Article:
This issue has come to a gead as today Martin O'Neill has resigned from Aston Villa. No reasons were given in his official statement but it is safe to assume that the limited funds made available for him to better his results over the past three years was foremost in his thinking when handing in his notice.
He's done particularly well during his tenure in Birmingham – beating Top Four clubs and threatening for Champions League positions much of the last couple of seasons. But in the end his demise has come as many predicted, over transfer budgets and support for his ambitions.
O'Neill is a shrewd evaluator of talent and has spent his available money wisely. That wisdom has then been hijacked by the larger clubs as one by one each of Liverpool, Manchester City and Tottenham have targeted his purchases to enhance their own squads. As talent exits, new talent must be brought in and over time this must get tiring.
Managers at the so-called “second level” clubs like Everton and Villa deep down must know they fight a losing battle. Consistently having to fight wears one down. Where in a manager's early years they can look upon this exodus of talent as an opportunity for refreshment and change, as time wears on it can and does string the boss more and more tautly. Where once was belief in his team's ability to cope now lies despair at the constant nature of these marauders. It's nearly a universal truth that as one tires, one gets tetchy. That tetchiness then reflects in how the next issue forced onto our plate is dealt with.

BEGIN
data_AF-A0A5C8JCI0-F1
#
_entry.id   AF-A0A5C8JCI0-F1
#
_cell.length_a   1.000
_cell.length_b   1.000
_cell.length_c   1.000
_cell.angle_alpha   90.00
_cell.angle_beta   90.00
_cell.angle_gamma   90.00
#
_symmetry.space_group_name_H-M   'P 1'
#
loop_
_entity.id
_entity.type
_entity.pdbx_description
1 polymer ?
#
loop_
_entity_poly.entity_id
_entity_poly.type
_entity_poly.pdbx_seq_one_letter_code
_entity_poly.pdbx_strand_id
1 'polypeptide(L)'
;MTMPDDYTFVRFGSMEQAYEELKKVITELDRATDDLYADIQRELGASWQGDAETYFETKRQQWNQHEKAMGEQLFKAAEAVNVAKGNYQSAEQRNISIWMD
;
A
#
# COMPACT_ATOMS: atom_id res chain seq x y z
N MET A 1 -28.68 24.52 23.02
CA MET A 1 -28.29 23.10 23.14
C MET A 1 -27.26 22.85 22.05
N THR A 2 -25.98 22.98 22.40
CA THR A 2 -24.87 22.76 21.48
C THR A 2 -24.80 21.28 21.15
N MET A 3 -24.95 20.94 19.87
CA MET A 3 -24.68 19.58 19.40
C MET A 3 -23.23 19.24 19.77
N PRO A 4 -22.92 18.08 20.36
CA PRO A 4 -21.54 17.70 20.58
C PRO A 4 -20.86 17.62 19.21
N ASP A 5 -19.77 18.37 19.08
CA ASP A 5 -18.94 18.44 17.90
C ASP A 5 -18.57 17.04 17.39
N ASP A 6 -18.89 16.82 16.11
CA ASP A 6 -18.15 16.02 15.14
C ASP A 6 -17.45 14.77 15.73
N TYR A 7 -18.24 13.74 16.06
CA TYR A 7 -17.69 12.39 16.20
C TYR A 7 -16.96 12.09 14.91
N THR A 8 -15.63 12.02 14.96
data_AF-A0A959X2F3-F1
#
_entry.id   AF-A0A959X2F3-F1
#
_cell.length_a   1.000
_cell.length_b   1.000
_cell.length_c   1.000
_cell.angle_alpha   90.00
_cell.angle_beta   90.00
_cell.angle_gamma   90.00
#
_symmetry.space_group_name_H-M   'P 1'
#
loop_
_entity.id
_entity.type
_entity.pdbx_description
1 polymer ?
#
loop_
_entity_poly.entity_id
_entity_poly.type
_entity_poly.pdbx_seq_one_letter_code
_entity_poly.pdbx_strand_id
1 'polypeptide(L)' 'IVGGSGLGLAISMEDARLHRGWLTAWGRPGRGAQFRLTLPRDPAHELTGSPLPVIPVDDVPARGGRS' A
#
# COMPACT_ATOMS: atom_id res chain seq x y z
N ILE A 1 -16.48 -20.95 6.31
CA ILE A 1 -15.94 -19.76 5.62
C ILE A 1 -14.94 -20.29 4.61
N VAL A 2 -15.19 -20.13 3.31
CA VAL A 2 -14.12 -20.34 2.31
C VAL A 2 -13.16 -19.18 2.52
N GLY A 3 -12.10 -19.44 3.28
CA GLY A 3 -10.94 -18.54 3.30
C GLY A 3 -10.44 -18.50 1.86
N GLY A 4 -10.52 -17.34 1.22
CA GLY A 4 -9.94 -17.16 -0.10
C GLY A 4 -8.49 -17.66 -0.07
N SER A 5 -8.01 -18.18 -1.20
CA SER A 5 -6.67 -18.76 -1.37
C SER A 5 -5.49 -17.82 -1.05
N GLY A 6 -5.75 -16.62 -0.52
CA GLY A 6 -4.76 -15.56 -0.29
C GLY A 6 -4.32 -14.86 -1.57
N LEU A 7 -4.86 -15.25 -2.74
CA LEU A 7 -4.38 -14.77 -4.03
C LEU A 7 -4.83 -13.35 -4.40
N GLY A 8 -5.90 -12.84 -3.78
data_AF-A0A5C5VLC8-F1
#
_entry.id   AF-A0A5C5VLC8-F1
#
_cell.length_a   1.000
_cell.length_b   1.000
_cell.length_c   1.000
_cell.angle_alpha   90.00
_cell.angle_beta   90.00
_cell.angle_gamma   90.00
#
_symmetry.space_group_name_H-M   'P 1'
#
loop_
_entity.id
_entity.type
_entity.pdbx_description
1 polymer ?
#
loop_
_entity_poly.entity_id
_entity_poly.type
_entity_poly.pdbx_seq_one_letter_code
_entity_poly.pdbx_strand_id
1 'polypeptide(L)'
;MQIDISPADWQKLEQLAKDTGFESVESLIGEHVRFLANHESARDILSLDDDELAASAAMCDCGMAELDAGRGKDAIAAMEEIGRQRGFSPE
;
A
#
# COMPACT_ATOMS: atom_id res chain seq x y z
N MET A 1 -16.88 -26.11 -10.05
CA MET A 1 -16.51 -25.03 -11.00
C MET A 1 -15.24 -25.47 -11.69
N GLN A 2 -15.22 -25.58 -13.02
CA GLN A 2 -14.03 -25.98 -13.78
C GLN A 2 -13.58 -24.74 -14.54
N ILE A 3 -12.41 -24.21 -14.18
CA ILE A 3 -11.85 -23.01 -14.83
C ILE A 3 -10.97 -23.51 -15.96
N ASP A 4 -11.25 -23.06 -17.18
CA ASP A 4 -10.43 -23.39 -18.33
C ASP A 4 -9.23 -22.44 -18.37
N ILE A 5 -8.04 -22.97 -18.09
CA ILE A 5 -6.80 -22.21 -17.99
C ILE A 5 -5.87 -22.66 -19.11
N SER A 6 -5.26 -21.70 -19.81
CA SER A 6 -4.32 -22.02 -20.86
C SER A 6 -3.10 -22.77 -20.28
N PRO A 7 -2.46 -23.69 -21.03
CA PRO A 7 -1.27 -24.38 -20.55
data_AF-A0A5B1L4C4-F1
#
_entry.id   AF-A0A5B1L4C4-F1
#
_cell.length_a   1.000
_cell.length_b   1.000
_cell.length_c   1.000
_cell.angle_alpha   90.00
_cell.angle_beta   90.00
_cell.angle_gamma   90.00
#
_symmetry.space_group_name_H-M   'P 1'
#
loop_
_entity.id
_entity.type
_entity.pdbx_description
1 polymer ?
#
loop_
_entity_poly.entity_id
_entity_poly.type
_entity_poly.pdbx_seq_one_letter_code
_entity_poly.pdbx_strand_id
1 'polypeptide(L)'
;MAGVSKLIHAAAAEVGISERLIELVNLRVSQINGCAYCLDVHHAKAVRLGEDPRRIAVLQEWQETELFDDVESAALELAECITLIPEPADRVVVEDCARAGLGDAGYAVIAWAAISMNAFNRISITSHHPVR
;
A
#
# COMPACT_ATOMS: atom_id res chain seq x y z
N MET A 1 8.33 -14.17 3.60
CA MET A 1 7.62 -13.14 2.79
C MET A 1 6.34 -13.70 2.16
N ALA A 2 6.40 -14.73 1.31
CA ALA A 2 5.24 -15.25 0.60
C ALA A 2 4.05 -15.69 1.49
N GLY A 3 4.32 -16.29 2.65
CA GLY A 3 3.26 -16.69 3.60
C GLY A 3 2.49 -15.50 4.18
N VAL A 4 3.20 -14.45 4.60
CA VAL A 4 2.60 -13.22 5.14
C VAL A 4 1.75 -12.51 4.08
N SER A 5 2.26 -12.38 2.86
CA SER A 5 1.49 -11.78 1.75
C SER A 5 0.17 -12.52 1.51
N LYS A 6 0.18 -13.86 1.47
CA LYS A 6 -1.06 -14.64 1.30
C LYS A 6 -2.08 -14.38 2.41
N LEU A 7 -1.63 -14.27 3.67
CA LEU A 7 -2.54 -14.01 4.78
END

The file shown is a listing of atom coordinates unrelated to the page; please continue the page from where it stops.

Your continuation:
For Aston Villa, there's nothing wrong with holding out to get the correct price for a player, especially when the buyer is Manchester City and one of your chief competitors for Champions League football. But if that stance turns the player against you, it's a battle that has no victors. Play him and risk halfhearted performances and constant distracting speculation. Don't play them and watch results suffer.
You can't fight off interest from clubs indefinitely, it just doesn't happen. If a player wants to go, generally they find a way to make it happen. The best you can do is ensure you get back appropriate funds and invest them wisely, only to watch managers disappear.